Save the libraries

800 public libraries are threatened with closure in the UK. A terrible thing for Escapologists, who often use public libraries a base of operations. To all of us – Escapologist or otherwise – public libraries are invaluable.

Ages ago, in the Idler, I wrote:

A good library can be a comfortable oasis amid the hubbub of an otherwise busy city and the best sort is host to everything the urban flaneur holds dear: peace and quiet, dog-eared books, crackly old jazz records, fascinating characters lurking in every corner and haphazard furnishings liberated from innumerable closed-down gentleman’s clubs. Today’s library directors are forced to go the extra mile to make these oases all the more appealing: these days the daily papers are laid out ready for you; access is granted to the digital delights of the Internet; librarians are getting younger and more attractive and it’s all absolutely free. Many public libraries are even installing coffee and tea facilities for their punters. No wonder Ray Bradbury described these as “birthing places of the universe”. All we need now are on-site tobacconists and somewhere to get some shut-eye and we need not ever bother going home.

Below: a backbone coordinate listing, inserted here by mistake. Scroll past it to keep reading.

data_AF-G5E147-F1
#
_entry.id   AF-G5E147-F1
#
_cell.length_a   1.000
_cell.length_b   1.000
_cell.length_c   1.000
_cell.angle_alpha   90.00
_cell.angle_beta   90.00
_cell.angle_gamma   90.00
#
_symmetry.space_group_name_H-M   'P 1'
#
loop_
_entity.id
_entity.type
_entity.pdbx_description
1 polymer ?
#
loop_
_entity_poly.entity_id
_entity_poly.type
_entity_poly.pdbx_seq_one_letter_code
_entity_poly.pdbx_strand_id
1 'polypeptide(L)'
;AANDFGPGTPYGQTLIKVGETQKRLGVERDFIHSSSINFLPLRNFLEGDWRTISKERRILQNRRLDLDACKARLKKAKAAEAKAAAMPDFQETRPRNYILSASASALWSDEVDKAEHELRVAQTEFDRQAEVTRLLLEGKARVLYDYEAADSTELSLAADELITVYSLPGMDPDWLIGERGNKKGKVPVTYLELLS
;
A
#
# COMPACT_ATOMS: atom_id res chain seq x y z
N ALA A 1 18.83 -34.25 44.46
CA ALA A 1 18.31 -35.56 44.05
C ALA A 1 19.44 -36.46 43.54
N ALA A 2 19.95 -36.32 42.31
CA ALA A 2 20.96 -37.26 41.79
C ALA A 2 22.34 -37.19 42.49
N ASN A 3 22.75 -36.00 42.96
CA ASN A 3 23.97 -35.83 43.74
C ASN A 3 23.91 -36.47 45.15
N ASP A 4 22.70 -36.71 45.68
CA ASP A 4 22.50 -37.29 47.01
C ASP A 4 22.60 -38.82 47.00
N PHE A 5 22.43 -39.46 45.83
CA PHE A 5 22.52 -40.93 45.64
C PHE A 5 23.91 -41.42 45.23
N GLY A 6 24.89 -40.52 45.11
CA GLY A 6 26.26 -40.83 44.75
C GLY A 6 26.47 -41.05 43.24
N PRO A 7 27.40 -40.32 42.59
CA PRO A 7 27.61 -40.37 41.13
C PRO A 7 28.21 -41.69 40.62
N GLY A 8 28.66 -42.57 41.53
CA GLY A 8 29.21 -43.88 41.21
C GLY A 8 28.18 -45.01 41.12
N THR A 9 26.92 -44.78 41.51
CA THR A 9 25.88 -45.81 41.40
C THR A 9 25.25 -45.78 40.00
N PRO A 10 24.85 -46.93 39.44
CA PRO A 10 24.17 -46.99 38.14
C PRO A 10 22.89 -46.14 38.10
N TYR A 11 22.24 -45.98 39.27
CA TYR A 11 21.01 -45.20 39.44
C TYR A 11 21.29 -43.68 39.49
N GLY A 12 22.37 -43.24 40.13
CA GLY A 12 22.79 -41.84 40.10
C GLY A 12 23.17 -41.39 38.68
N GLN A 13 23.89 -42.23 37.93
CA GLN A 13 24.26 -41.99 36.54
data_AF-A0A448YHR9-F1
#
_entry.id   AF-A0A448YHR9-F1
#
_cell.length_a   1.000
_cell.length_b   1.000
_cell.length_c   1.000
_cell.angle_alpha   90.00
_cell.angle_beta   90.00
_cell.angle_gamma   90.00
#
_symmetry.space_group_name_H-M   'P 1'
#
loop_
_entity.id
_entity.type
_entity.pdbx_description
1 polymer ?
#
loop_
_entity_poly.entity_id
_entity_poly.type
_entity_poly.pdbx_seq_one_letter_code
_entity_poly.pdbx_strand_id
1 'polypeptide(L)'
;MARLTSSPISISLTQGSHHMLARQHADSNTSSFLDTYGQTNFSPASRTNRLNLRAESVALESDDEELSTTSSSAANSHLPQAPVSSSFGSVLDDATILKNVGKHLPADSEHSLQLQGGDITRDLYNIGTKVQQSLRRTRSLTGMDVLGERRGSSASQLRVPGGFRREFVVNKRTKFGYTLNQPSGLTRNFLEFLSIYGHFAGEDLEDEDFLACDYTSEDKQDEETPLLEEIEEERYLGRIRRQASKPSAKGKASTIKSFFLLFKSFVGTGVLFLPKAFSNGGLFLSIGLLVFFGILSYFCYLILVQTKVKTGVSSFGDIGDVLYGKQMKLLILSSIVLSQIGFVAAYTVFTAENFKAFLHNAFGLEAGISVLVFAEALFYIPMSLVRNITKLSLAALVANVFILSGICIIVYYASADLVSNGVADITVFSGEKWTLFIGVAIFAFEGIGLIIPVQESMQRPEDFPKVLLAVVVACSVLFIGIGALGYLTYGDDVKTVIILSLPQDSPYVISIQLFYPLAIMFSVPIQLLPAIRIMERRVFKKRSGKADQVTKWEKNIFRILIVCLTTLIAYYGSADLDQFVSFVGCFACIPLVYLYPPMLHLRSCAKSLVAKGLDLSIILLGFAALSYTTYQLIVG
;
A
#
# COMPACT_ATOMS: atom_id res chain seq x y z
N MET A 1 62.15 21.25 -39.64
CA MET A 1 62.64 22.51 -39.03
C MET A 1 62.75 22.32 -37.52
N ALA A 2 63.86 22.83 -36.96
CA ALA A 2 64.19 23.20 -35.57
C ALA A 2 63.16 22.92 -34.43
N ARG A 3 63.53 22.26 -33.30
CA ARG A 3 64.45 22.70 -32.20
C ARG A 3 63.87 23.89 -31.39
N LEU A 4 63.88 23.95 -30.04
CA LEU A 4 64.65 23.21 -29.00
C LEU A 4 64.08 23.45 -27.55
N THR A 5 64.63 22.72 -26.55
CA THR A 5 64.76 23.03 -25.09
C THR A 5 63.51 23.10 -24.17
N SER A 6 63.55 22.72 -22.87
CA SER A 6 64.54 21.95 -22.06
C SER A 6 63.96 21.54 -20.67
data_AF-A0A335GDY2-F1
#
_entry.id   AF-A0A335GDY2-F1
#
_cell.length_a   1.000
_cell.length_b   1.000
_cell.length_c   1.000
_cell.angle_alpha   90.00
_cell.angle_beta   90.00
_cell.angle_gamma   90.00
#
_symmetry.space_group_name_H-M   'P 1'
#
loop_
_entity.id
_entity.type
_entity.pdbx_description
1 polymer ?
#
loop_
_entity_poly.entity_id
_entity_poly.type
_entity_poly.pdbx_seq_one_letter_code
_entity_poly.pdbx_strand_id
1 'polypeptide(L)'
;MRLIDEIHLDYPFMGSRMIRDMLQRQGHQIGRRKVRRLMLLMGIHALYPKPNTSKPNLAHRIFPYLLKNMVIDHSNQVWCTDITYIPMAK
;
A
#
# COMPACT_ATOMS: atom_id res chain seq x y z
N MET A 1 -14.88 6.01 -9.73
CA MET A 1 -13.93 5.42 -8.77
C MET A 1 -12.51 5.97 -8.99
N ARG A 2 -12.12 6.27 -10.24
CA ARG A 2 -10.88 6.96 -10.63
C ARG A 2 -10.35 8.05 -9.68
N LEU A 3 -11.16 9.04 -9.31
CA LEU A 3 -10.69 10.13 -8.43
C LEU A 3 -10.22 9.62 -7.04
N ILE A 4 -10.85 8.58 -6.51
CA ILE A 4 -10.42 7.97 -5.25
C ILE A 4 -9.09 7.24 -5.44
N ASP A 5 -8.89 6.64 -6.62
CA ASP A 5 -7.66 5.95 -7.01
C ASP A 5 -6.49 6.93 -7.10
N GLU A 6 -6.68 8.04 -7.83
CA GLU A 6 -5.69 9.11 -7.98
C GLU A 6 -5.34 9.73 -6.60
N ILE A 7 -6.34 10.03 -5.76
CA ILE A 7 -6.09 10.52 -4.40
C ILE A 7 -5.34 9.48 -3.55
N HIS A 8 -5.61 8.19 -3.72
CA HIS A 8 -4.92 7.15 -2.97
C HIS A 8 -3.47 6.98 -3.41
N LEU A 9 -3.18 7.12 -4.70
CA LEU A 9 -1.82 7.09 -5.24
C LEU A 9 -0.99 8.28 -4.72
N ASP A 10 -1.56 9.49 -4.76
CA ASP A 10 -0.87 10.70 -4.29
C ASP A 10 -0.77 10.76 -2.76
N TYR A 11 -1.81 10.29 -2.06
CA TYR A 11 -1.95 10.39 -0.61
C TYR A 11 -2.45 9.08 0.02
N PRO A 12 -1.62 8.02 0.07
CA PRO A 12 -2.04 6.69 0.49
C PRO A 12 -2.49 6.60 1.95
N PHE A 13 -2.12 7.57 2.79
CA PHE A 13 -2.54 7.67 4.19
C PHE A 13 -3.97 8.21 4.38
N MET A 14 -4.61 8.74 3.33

I really don’t want the libraries to go. There are at least an encouraging number of people coming forward to do something about it. Activism is happening everywhere, from Twitter campaigns, to celebrity action, to full library occupations and shelf-runs.

Let’s show the authorities that we still love our libraries. Most of the threatened libraries will have special events coming up and petitions to sign, so do pop into your local library and ask how you can help.

I know some of our readers are librarians. If your libraries (threatened or otherwise) would like to stock New Escapologist, get in touch and I’ll send you some complementary issues.


Robert Wringham is the editor of New Escapologist. He also writes books and articles. Read more at

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